SAN FRANCISCO (AP) — A highly anticipated report from a University of California faculty task force is recommending that the prestigious 10-campus public university system keep the SAT and ACT tests as part of its admissions process, noting that the standardized tests are important indicators of student success and might benefit disadvantaged students.

The report released Monday dealt a blow to activist groups that have long argued that standardized tests put minority and low-income students at a disadvantage. Critics say tests questions often contain inherent bias that more privileged children are better equipped to answer but also that wealthier students typically take expensive prep courses that help boost their scores, which disadvantaged students can’t afford.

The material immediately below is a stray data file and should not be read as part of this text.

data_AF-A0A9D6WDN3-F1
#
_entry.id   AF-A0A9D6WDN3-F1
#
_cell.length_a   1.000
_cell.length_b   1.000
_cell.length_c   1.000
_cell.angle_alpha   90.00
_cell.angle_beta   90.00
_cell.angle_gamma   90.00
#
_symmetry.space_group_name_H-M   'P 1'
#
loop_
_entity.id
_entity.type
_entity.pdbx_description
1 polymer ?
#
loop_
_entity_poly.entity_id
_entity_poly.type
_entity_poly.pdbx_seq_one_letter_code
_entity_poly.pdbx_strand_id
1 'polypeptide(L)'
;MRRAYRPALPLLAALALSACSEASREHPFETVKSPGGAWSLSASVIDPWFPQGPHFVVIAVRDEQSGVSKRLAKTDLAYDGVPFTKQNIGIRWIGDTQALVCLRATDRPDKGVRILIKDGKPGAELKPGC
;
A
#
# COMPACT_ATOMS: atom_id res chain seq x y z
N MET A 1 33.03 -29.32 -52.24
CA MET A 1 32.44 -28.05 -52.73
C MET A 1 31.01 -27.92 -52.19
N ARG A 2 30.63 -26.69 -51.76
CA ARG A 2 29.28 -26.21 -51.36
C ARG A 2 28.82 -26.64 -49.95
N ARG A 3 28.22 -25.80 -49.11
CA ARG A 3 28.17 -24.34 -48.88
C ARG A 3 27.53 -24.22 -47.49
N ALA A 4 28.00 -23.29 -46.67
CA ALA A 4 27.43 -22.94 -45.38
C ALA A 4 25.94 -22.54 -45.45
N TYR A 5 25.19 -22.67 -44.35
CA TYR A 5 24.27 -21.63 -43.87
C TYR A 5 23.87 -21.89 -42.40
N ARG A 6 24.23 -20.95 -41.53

The preliminary findings by the UC faculty’s 18-member Standardized Testing Task Force found that UC’s admissions practices “do not fully make up for disparities that persist along lines of race and class” and recommended further study on how to increase diversity.

But the task force “did not find evidence that UC’s use of tests scores played a major role in worsening the effects of disparities” in the system.

It found that standardized tests are better predictors of a student’s success in their first year at UC schools than a student’s high school grade point average. The tests are also a more accurate measure of first-year retention and graduation than high school grades, the report said.

The report recommends that UC develop its own admission exam that might that could help UC admit classes that are more representative of the state’s diversity, a process that would take several years.

The 192-page report will be reviewed by the UC Academic Senate, which will compile faculty input from all UC campuses before giving its recommendations to UC President Janet Napolitano. The Board of Regents is expected to consider the issue at its May meeting.

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